Simon Spies, Lennard Gäher, Joseph Tassarotti, Ralf Jung, Robbert Krebbers, Lars Birkedal, and Derek Dreyer. Later Credits: Resourceful Reasoning for the Later Modality. Proc. ACM Program. Lang. 6, International Conference on Functional Programming, Article 100. August 2022.

Ralf Jung, Robbert Krebbers, Jacques-Henri Jourdan, Aleš Bizjak, Lars Birkedal, Derek Dreyer. 2018. Iris from the ground up: A modular foundation for higher-order concurrent separation logic. Journal of Functional Programming, Volume 28, e20. 2018.

In recent years, step-indexed separation logics such as Iris have become essential tools for modelling modern, richly typed languages and reasoning about concurrent programs. In particular, step-indexed logical relations have proven to be highly suited for modelling languages with "cyclic" features, such as recursive subtyping and higher-order state. A key abstraction for step-indexed reasoning is the so-called later modality (▹). In order to access and use a proposition ▹P guarded by the later modality, the later must be eliminated, which can pose quite a challenge in certain cases.

After a brief look at Iris and step-indexing, we will discuss a new technique for dealing with this later elimination problem: Later credits, which can be "saved up" and redeemed within a proof to eliminate a later, facilitating a form of amortised step-indexed reasoning which enables simpler and more intuitive proof patterns as well as new, previously unfeasible proofs.

Wednesday 25 January

Tjitske Koster

Title: Objecs of categories as complex numbers
Chair: Daniël van Leijenhorst
Advisor: Dario Stein


M. Fiore and T. Leinster, Objects of categories as complex numbers, 2004.

M. Fiore, T. Leinster, An objective representation of the Gaussian integers, 2004.

A. Blass, Seven trees in one, 1995.

We solve the equation T=1+T^2 with complex T to see T^6=1, therefore T^7=T. If we now see T as a tree instead of a complex number we have an isomorphism from seven trees into one. This looks like a nonce argument, since trees are not complex numbers, but it appears to be a valid proof. We can even broaden this to see that if an equation holds for complex numbers then it holds in all distributive categories. There are some restrictions on the equations as we will see (note that there is of course no isomorphism from six trees into one node). We will look at the restrictions, give a proof and some examples.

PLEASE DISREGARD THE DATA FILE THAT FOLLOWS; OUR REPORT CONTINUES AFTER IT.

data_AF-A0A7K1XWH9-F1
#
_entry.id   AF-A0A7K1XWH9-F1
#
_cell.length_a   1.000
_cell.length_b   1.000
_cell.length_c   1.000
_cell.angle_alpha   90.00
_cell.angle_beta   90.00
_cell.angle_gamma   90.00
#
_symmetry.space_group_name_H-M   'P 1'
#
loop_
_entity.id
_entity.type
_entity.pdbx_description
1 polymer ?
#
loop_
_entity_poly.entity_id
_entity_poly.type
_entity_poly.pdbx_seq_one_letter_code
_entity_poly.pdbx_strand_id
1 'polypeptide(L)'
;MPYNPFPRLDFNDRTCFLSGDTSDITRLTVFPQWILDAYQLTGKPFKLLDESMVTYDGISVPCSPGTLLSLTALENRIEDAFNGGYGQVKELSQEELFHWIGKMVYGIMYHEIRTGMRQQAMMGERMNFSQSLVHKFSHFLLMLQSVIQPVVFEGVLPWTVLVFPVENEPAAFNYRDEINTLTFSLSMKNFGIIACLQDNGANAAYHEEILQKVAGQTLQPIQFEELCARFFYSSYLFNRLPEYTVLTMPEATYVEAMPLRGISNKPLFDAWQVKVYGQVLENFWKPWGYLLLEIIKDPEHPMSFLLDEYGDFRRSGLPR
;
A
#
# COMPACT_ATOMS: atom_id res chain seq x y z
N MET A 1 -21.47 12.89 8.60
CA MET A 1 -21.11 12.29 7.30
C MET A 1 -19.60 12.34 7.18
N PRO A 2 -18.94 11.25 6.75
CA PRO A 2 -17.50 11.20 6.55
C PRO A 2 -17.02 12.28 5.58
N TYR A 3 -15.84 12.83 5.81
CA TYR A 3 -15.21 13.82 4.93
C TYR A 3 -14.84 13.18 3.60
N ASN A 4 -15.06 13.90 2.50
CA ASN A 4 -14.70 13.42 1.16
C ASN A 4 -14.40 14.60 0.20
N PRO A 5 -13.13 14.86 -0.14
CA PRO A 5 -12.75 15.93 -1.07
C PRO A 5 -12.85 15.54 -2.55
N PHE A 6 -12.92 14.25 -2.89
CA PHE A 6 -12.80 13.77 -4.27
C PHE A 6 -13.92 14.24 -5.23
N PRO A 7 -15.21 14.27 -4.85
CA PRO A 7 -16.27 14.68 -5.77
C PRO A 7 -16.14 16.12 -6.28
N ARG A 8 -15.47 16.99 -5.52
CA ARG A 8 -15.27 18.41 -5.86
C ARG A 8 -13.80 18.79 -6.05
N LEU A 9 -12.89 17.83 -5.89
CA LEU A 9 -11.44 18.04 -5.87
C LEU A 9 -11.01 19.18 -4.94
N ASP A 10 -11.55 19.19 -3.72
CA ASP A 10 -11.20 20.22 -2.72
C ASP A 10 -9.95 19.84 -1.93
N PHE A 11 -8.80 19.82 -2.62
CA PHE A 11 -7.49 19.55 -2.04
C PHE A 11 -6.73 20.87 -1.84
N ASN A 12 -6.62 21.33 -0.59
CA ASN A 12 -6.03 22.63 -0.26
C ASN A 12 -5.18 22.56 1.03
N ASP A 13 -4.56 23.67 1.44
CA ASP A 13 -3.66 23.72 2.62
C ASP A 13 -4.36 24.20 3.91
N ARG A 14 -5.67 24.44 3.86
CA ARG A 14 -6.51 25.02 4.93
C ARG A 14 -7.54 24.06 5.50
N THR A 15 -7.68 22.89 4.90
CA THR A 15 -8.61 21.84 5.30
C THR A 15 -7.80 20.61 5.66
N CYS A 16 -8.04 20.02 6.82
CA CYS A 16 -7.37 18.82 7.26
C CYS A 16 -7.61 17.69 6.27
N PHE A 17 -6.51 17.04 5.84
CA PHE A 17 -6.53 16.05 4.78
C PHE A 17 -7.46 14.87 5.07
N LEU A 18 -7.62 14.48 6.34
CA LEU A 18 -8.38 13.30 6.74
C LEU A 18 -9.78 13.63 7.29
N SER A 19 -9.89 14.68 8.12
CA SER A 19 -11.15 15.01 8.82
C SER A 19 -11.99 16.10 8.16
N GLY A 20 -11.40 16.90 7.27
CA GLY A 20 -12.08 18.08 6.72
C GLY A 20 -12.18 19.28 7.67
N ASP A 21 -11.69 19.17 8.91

Kirsten Hagenaars

Title: Automata Learning
Chair: Gerbrich Kroon
Advisor: Jurriaan Rot

Borja Balle and Mehryar Mohri, Learning Weighted Automata, 2015.

Takamasa Okudono, Masaki Waga, Taro Sekiyama, Ichiro Hasuo, Weighted Automata Extraction from Recurrent Neural Networks via Regression on State Spaces, 2019.

The field of automata learning focusses on inferring the model of a system by observing its behaviour. Angluin's L* algorithm has been dominating the field of automata learning, it learns a Deterministic Finite Automaton by asking so-called equivalence and membership queries to a Minimally Adequate Teacher. The L* algorithm can be extended to learning Weighted Finite Automata. This allows for learning the model of a system which outputs real values (or some other field) . For example, we can extract a Weighted Finite Automaton from a Recurrent Neural Network using this extension of the L* algorithm. This allows for easier analysis of the Recurrent Neural Network and faster inference.

Jelmer Firet

Title: Defining natural numbers in type theory
Chair: Marten Straatsma
Advisor: Herman Geuvers


Steve Awodey, Jonas Frey, and Sam Speight. "Impredicative Encodings of (Higher) Inductive Types". In: Proceedings of the 33rd Annual ACM/IEEE Symposium on Logic in Computer Science. LICS '18. Oxford United Kingdom: ACM, July 9, pp. 76-85, 2018.

Ivar Rummelhoff. "Polynat in PER Models". In: Theoretical Computer Science 316.1-3, pp. 215-224, May 2004.

We would like to define inductive types in Type Theory. The type polynat ≡ ∀X. (X → X) → X → X is a good candidate for the type of natural numbers. However, there exists a model of polymorphic lambda calculus where not all elements of polynat are church numerals. As a result there is no unique recursor, which is required to define induction. We will look at a refinement of polynat that guarantees a unique recursor which can be proven within the type system.

Thomas Somers

Title: Algebraic Linearity of the Linear Lambda Calculus
Chair: Sander Suverkropp
Advisor: Herman Geuvers


A. Díaz-Caro and G. Dowek, "Linear lambda-calculus is linear," Leibniz International Proceedings in Informatics, LIPIcs, vol. 228, 21:1-21:0, 21 2022.

L. Vaux, "The algebraic lambda calculus," Mathematical Structures in Computer Science, vol. 19, no. 5, pp. 1029-1059, 2009.